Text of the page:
The Dow Jones Industrial Average could hit 15,000 "definitely" by the end of the year, and there's a "very strong possibility" it could go even higher, Wharton School Professor Jeremy Siegel told CNBC on Thursday.
"The earnings haven't been bad," he said. "We're going to see earnings per share five to eight percent higher. We're going to get expanding multiples, which is going to send us well above Dow 15,000."
Siegel said Dow 16,000 or 17,000 is a "very strong possibility," adding, that it could be a "double-digit year."
On Wednesday, the S&P 500 and the Dow industrials took a pause from their recent string of multiyear highs. So far, it's been the best January for the S&P since 1997.
Siegel argued that the recent strength in the stock market has come without major buy-in from individual investors. "The public is just barely touching its toe in the market. We had huge redemptions on stock mutual funds in December. And a little bit of an increase so far in January. So the public isn't really in [yet]."
As for GDP, Siegel predicted three percent growth in 2013 is possible. "You're going to see consumers spending ... to begin to loosen those [purse] strings."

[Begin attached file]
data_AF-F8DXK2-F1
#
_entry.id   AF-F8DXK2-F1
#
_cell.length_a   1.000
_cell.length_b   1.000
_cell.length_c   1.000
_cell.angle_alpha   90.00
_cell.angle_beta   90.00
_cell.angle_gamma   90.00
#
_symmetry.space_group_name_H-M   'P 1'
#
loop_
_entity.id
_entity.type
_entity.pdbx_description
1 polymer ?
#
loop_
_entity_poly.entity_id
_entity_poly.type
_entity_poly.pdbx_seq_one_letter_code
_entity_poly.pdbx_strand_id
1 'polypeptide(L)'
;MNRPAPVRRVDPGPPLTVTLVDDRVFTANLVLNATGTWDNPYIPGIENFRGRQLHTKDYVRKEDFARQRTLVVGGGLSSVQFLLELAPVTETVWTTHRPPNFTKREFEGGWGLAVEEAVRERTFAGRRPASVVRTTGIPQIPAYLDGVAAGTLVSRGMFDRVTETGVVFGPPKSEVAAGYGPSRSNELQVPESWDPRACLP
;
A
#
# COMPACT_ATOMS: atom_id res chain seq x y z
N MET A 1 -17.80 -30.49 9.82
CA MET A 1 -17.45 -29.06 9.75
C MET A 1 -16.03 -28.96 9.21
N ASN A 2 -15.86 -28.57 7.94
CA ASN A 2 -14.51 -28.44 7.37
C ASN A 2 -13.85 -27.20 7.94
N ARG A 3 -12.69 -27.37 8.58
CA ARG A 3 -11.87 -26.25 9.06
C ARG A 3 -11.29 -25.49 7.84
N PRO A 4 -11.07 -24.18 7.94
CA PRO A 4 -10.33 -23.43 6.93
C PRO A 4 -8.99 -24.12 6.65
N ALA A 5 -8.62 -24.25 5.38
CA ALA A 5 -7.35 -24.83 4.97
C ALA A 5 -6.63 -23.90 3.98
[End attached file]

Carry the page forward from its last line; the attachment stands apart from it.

(Read More: Why This Is 'Best-Looking' GDP Drop You'll Ever See)
There also seems to be a more conciliatory tone in Washington these days, Siegel said. Congress has agreed to suspend the debt ceiling until May.
(Read More: Bill to Increase Debt Limit Heads to Senate Vote)
With the borrowing limit issue off the table for now, President Barack Obama and Republican leaders can concentrate on new funding to keep the government running and a replacement for the postponed across-the-board spending cuts known as "the sequester."
"I don't think we're going to have a shutdown of the government. We may have some sequestration."
Any economic headwind from those broad spending cuts would be more than offset by the recovering housing market, Siegel said.
He added that he doesn't think the Federal Reserve is artifically propping up housing prices.
"World interest rates are low. Inflation is low. Real rates are low. I don't think even a point up on mortgage rates is going to kill this [housing] market."
—By CNBC's Matthew J. Belvedere; Follow him on Twitter @Matt_SquawkCNBC